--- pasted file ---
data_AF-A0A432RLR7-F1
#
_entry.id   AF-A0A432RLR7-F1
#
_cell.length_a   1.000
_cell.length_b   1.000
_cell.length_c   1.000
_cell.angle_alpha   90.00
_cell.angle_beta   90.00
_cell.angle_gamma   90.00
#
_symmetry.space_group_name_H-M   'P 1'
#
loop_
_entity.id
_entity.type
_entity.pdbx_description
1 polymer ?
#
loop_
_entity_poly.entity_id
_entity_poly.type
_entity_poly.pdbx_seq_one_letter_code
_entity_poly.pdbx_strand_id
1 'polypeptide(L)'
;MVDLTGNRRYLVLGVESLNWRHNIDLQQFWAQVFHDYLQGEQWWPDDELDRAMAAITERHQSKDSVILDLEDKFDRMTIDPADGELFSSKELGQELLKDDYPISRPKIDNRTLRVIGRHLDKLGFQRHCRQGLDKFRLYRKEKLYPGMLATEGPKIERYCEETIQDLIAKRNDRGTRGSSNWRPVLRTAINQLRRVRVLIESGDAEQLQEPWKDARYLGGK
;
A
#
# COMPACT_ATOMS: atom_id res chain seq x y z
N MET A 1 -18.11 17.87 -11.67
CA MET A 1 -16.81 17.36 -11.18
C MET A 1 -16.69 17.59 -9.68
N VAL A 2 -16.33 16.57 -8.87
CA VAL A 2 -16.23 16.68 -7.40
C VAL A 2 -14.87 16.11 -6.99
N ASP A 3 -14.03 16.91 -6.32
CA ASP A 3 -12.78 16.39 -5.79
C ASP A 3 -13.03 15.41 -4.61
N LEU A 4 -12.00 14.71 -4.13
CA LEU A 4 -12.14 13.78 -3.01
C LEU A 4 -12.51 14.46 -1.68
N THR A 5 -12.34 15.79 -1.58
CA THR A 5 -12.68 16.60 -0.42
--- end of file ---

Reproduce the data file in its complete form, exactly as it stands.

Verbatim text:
data_AF-A0A432RLR7-F1
#
_entry.id   AF-A0A432RLR7-F1
#
_cell.length_a   1.000
_cell.length_b   1.000
_cell.length_c   1.000
_cell.angle_alpha   90.00
_cell.angle_beta   90.00
_cell.angle_gamma   90.00
#
_symmetry.space_group_name_H-M   'P 1'
#
loop_
_entity.id
_entity.type
_entity.pdbx_description
1 polymer ?
#
loop_
_entity_poly.entity_id
_entity_poly.type
_entity_poly.pdbx_seq_one_letter_code
_entity_poly.pdbx_strand_id
1 'polypeptide(L)'
;MVDLTGNRRYLVLGVESLNWRHNIDLQQFWAQVFHDYLQGEQWWPDDELDRAMAAITERHQSKDSVILDLEDKFDRMTIDPADGELFSSKELGQELLKDDYPISRPKIDNRTLRVIGRHLDKLGFQRHCRQGLDKFRLYRKEKLYPGMLATEGPKIERYCEETIQDLIAKRNDRGTRGSSNWRPVLRTAINQLRRVRVLIESGDAEQLQEPWKDARYLGGK
;
A
#
# COMPACT_ATOMS: atom_id res chain seq x y z
N MET A 1 -18.11 17.87 -11.67
CA MET A 1 -16.81 17.36 -11.18
C MET A 1 -16.69 17.59 -9.68
N VAL A 2 -16.33 16.57 -8.87
CA VAL A 2 -16.23 16.68 -7.40
C VAL A 2 -14.87 16.11 -6.99
N ASP A 3 -14.03 16.91 -6.32
CA ASP A 3 -12.78 16.39 -5.79
C ASP A 3 -13.03 15.41 -4.61
N LEU A 4 -12.00 14.71 -4.13
CA LEU A 4 -12.14 13.78 -3.01
C LEU A 4 -12.51 14.46 -1.68
N THR A 5 -12.34 15.79 -1.58
CA THR A 5 -12.68 16.60 -0.42